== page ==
Dearest Enemy, a musical comedy set during the American Revolution, was, as annotator Lyle Andrews puts it, Rodgers & Hart's "first solo flight in the big time," the first book musical they originated and wrote the songs for, following quickly on the heels of their breakthrough with The Garrick Gaieties revue in 1925. This recording is taken from a kinescope of a television revival of the show broadcast live on NBC 30 years later, on November 26, 1955, starring Anne Jeffreys and Robert Sterling (both TV stars at the time in the series Topper) along with stage veterans Cyril Ritchard and Cornelia Otis Skinner. Typical of the 1950s, the show has been tamed from its more risqué 1920s version. In the original, in the song "War Is War," the American girls had proclaimed, "Hooray, we're gonna be compromised!" when the British landed; here, they sing, "Hooray, we're gonna be fraternized!," which is not quite the same thing. But the production is a lively one, and the score, much of which is not well remembered, proves to be effective, while the hit songs, "Here in My Arms" and "Bye and Bye," justify their status as standards. (The TV production vastly revised the libretto, shifting the order of the songs and who sang them. The CD restores the original song order from 1925.) The sound quality is good but not great, reflecting the source, but show music fans will be happy just to have an album of the score of this early Rodgers & Hart show, especially because the bonus tracks include original cast member Helen Ford singing "Here in My Arms" and "Bye and Bye" on a 1934 radio show and the 1925 medley of the show's songs done by the Victor Light Opera Company (which Rodgers called the next best thing to a cast recording for the time), plus a curiosity: Alec Templeton's comic commingling of the music of Richard Rodgers and Wolfgang Amadeus Mozart.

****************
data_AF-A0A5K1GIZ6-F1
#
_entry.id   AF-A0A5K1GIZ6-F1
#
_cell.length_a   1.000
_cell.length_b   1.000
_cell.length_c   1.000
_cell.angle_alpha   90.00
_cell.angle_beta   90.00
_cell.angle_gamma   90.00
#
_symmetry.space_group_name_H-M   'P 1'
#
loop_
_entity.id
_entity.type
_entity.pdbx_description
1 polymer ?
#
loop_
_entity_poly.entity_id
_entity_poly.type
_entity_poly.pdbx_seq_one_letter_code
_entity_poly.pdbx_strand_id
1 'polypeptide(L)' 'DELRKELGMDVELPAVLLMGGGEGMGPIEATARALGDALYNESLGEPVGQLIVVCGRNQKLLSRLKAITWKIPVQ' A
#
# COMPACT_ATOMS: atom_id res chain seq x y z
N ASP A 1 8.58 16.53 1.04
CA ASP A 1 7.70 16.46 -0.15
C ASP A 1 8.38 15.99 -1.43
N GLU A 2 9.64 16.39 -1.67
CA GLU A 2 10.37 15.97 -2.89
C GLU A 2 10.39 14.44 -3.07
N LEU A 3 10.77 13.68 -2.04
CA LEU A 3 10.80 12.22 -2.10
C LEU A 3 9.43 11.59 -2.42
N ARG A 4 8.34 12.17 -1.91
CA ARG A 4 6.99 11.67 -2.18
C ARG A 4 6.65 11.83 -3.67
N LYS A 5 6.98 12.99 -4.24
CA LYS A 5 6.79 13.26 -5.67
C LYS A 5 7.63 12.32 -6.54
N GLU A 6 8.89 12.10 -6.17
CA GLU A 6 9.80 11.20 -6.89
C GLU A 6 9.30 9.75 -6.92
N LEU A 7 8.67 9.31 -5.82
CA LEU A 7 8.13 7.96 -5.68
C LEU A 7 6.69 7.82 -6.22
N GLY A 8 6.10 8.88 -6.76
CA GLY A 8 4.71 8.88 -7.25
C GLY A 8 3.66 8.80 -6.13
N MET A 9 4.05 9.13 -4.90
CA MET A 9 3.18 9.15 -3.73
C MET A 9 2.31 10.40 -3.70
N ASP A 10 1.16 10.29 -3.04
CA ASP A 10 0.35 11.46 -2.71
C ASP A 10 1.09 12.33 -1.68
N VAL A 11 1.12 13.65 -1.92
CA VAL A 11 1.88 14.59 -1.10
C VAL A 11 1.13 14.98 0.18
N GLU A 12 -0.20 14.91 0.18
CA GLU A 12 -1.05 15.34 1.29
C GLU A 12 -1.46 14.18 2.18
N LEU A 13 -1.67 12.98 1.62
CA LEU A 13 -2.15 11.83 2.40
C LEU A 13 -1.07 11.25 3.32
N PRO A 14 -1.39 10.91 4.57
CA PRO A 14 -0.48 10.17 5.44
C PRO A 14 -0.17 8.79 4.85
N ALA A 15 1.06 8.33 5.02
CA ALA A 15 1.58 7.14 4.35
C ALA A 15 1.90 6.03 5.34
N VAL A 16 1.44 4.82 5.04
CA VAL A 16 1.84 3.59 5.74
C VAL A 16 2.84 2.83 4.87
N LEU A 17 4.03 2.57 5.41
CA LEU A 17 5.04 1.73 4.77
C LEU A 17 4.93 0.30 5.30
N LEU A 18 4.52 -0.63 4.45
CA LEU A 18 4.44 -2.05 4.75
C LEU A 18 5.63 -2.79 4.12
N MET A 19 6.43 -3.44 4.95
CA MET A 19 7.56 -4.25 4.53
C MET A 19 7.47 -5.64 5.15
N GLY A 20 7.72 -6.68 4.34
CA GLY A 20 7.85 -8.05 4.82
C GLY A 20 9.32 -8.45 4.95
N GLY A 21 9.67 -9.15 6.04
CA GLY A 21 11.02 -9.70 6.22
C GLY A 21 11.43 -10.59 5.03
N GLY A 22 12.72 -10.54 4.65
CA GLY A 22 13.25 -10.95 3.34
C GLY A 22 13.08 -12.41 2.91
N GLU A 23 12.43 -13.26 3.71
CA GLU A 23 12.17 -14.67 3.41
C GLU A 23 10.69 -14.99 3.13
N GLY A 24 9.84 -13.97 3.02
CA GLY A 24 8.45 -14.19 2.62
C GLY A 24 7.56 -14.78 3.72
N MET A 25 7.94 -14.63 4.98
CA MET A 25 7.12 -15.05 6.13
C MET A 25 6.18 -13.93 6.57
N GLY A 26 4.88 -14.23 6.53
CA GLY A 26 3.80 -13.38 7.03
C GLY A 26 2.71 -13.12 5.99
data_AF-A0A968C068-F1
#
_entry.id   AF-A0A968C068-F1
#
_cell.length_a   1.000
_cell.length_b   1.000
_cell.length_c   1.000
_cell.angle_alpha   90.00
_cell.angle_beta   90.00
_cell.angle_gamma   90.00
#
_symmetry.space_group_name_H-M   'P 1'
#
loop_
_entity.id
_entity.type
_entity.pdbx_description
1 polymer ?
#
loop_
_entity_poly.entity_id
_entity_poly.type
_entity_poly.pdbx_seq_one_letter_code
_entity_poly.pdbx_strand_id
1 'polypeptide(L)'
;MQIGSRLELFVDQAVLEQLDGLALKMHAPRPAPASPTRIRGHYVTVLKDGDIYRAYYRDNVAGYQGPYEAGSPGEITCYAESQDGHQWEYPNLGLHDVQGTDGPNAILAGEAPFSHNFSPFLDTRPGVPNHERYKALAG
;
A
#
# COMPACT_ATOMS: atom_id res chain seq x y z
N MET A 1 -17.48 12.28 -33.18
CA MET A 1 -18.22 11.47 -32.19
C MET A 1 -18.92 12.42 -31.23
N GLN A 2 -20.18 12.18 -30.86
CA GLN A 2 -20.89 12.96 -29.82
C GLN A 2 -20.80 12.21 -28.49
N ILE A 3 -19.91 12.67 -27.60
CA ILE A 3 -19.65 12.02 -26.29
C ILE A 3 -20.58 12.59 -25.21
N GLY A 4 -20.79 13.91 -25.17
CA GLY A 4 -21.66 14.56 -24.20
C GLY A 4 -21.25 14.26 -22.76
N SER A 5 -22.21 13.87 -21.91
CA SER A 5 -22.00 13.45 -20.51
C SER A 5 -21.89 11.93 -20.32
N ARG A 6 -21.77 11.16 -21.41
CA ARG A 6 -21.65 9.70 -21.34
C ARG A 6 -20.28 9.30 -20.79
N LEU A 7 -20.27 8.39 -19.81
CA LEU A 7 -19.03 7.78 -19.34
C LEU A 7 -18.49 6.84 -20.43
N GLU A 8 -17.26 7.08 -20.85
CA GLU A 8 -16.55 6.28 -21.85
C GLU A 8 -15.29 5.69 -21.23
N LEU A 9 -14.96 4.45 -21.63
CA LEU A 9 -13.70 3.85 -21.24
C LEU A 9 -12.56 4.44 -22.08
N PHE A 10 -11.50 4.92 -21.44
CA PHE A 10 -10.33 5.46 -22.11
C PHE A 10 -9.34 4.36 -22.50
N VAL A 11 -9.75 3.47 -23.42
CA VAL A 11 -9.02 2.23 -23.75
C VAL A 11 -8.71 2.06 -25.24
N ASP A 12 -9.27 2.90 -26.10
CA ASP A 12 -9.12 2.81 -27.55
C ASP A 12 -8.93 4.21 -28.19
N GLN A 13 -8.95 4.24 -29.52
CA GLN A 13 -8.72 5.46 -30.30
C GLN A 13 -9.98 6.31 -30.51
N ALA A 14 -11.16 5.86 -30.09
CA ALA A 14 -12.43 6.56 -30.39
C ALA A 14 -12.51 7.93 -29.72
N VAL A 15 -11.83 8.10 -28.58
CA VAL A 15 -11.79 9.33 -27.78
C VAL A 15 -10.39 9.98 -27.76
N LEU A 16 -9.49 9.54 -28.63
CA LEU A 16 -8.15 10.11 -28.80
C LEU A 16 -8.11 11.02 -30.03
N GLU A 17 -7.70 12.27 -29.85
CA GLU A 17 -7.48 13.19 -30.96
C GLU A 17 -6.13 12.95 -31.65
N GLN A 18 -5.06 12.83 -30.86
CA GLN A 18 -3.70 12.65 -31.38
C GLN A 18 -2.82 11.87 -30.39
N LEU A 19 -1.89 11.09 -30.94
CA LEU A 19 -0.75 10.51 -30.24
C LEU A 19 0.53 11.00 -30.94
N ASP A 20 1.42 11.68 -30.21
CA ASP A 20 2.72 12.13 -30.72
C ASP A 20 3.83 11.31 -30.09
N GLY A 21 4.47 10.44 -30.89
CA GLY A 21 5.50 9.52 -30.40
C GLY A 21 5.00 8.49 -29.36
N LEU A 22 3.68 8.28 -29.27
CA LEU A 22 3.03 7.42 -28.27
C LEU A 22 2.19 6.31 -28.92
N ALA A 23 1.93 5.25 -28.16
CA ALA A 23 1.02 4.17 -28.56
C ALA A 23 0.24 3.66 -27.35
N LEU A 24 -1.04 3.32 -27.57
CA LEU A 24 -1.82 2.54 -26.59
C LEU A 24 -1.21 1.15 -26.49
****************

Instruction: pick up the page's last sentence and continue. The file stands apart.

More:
AllMusic Review by William Ruhlmann